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Guardianship company closed, U.S. Marshals Service says

Copyright © 2017 Albuquerque Journal

The U.S. Marshals Service announced the closure of Ayudando Guardians Inc. offices on Thursday, noting that the company had about 1,400 clients when a federal grand jury indicted its two principals and the company on charges of embezzling client funds in July.

Previous reports estimated the number of guardianship or conservator clients in New Mexico at less than 200, but it wasn’t known how many others were receiving representative payee services in which Ayudando handled monthly or regular client benefits from agencies such as the U.S. Department of Veterans Affairs and the U.S. Social Security Administration.

Those representative payee agreements don’t have to be approved by a court.

The Marshals Service has been under federal court order to oversee operations of the company since the July 11 federal indictment of Ayudando president Susan Harris and chief financial officer Sharon Moore. The two were charged with 28 counts of conspiracy, fraud, theft and money laundering charges arising out of an alleged scheme to embezzle funds from client trust accounts. They have pleaded not guilty.

The two women are alleged to have siphoned more than $4 million from clients’ representative payee accounts and savings or money market accounts to support lavish lifestyles for themselves and family members. The company served hundreds of clients with special needs or who are disabled.

The Marshals Service, meanwhile, has been transferring Ayudando clients to new agencies, with the help of state district court judges.

But earlier this month, the transfer process was described by one private agency professional as a “nightmare.”

One of Ayudando’s former clients was profiled by the Journal Aug. 10 because of his living conditions and his inability to find out the status of his guardianship case by trying to telephone the Marshals Service.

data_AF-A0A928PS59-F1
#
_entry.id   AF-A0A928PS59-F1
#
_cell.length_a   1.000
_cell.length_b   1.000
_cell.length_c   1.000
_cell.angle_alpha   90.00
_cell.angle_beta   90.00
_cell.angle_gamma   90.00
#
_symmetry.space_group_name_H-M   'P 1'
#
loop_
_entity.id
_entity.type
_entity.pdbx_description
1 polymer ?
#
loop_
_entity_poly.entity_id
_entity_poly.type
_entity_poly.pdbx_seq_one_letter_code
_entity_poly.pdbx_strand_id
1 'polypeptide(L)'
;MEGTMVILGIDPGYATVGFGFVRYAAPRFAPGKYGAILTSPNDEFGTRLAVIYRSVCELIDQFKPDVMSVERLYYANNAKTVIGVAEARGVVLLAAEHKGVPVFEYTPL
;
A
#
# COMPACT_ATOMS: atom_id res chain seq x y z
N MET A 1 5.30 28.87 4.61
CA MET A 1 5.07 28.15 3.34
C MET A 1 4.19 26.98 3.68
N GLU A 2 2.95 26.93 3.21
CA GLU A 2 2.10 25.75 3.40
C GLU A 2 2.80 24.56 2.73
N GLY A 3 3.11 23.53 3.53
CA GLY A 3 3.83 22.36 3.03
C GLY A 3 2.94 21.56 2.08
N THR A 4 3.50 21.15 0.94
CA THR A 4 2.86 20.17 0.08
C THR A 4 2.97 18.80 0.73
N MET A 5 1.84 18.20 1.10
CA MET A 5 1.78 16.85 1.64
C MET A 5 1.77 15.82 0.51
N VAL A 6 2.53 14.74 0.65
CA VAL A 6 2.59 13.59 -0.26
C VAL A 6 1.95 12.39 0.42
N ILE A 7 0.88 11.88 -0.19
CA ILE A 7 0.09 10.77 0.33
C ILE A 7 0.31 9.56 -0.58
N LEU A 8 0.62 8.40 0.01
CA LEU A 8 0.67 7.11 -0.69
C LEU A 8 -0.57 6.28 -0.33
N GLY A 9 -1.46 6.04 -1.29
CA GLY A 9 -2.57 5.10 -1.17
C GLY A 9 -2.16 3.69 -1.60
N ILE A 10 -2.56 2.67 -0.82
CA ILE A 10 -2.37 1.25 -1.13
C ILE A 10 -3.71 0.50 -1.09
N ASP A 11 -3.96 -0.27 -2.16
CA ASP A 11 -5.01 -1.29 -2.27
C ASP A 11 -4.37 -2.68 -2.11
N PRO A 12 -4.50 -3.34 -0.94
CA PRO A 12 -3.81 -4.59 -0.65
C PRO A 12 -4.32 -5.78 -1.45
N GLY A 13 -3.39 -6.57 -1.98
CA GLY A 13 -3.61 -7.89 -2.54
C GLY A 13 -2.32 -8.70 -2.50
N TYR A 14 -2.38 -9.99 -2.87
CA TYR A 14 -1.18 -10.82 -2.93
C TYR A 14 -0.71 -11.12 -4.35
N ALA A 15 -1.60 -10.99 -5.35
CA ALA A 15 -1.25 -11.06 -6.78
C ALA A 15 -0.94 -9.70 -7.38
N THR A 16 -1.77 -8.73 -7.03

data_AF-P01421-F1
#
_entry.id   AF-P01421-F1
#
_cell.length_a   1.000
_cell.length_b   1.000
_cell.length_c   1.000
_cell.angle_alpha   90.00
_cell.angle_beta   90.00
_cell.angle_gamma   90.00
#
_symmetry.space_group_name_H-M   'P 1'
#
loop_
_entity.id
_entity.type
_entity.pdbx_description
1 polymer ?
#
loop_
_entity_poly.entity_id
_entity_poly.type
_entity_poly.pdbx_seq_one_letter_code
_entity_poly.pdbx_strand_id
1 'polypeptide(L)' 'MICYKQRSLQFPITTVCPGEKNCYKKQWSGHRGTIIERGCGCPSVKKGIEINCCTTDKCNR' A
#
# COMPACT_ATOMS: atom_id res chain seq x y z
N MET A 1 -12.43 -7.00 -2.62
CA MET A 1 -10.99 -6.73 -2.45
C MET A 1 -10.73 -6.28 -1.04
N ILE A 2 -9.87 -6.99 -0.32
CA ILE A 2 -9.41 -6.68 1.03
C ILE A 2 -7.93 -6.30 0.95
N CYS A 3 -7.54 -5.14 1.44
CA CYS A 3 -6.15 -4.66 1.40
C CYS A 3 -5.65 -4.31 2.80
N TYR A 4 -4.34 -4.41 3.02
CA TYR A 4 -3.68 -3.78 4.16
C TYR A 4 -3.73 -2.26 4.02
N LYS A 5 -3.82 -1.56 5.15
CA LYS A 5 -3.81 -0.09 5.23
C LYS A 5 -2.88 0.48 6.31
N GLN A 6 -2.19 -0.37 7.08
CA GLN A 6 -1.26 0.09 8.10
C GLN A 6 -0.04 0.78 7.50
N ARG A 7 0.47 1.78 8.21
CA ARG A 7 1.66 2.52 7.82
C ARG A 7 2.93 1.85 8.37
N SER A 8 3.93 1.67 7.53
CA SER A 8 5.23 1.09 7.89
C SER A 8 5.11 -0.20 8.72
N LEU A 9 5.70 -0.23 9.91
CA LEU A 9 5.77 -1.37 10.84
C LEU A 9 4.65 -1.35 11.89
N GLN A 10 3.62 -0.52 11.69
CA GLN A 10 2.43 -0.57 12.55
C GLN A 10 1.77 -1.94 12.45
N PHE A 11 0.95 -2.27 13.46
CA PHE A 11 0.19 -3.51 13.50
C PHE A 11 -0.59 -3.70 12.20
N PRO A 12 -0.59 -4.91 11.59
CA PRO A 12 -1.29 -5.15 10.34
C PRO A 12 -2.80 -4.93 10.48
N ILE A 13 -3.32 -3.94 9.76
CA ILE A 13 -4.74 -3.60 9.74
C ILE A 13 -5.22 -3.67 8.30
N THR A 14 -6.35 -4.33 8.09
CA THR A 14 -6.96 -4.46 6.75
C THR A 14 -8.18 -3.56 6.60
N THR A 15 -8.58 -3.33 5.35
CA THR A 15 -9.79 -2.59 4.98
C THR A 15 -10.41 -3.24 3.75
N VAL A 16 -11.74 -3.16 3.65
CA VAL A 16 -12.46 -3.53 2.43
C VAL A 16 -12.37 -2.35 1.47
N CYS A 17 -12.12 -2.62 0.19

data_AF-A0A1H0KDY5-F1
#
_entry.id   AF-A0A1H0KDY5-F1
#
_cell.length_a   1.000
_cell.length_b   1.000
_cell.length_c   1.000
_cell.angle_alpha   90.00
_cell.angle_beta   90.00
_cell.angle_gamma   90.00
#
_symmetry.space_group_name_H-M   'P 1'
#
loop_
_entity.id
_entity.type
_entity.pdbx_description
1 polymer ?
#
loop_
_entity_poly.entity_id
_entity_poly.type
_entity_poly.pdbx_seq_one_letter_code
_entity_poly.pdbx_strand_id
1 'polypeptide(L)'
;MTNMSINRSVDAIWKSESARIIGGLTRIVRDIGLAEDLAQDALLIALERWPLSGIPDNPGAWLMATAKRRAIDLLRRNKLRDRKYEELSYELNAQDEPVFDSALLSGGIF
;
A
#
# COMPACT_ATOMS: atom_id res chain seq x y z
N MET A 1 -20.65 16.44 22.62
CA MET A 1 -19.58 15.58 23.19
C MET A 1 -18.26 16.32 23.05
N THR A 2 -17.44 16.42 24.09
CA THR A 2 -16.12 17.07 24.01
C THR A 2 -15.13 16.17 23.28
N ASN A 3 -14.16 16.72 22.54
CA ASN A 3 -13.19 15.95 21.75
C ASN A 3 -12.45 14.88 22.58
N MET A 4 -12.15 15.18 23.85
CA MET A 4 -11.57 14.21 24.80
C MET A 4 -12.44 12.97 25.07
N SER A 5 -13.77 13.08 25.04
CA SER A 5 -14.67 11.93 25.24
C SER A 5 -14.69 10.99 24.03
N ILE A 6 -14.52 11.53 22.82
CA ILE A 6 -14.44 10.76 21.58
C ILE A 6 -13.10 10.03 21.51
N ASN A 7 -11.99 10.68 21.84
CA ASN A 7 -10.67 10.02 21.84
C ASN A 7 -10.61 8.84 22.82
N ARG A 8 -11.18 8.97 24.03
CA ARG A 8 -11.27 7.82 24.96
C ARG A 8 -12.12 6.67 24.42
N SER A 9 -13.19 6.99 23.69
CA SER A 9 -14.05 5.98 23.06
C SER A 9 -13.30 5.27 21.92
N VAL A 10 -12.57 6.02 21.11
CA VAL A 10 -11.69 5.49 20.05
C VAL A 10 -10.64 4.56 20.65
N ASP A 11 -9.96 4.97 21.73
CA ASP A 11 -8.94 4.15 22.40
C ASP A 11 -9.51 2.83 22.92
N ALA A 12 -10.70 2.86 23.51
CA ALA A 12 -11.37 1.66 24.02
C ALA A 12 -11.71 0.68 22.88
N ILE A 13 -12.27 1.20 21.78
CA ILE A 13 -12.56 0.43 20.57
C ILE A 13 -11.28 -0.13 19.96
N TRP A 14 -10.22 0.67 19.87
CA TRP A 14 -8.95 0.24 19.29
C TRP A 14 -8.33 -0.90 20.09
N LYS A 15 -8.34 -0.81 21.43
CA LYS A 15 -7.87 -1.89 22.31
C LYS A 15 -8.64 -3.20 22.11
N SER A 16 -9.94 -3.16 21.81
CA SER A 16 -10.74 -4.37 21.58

Peter Grotte-Higley, 81, is a Holocaust-era survivor whose living arrangements were controlled by Ayudando, which also handled his monthly pension check and finances as his court-appointed conservator. He had complained that the debit card Ayudando provided for his incidental expenses had a zero balance in recent months.

Grotte-Higley wanted to go in person to the Ayudando offices at 1400 Central SE, and he accepted an offer from two Journal reporters to drive him there on Aug. 8. But at the last minute, a manager at his Northeast Heights boarding home intervened and asked a Journal reporter to leave.

Grotte-Higley now has an Oct. 2 hearing set in his guardian/conservator case in state district court in Albuquerque, according to a court docket sheet, the only public record available by law in guardian/conservator cases.

The docket sheet shows that two new attorneys have entered appearances in his case before Judge Denise Barela-Shepherd, but there’s no indication of a new temporary guardian. Grotte-Higley, who has been an Ayudando client since January 2016, is still living in the same home.

Meanwhile, a press release from the U.S. Attorney’s Office in New Mexico on Thursday provided new details about the Marshals Service’s role in winding down Ayudando operations.

The Marshals Service was appointed to operate the business “to ensure that its assets were not improperly spent or removed, and that the interests of Ayudando clients were protected as the prosecution of the criminal case moves forward.” That court order also required the Marshals Service to submit under seal to the court a report on its findings within 45 days.

The vast majority of Ayudando’s clients have been transferred to new temporary guardians, other service providers and/or new representative payees, the release says. And those still awaiting transfers will receive temporary services from other providers.

Three New Mexico guardianship companies under contract with the New Mexico Office of Guardianship – including CNRAG, Inc., Tierra Alta Guardianship Services LLC and Quality of Life Guardians LLC – will provide temporary or interim services to some former Ayudando clients.

Private clients for whom Ayudando maintained guardianship, medical power of attorney accounts, private trust accounts or conservator services will receive services from Ascending Hope LLC for guardianship services. Bridge to Success Inc. will provide financial services until the courts can appoint new guardians, if required, the press release says.

Although Ayudando’s offices are closed and transfers of clients have been processed, the Marshals Service “remains responsible for managing Ayudando’s business affairs under the magistrate’s order” and “remains committed to ensuring continuity of service for Ayudando clients,” according to the release.

Ayudando, which also had offices in Mesa, Ariz., was created in 2004.

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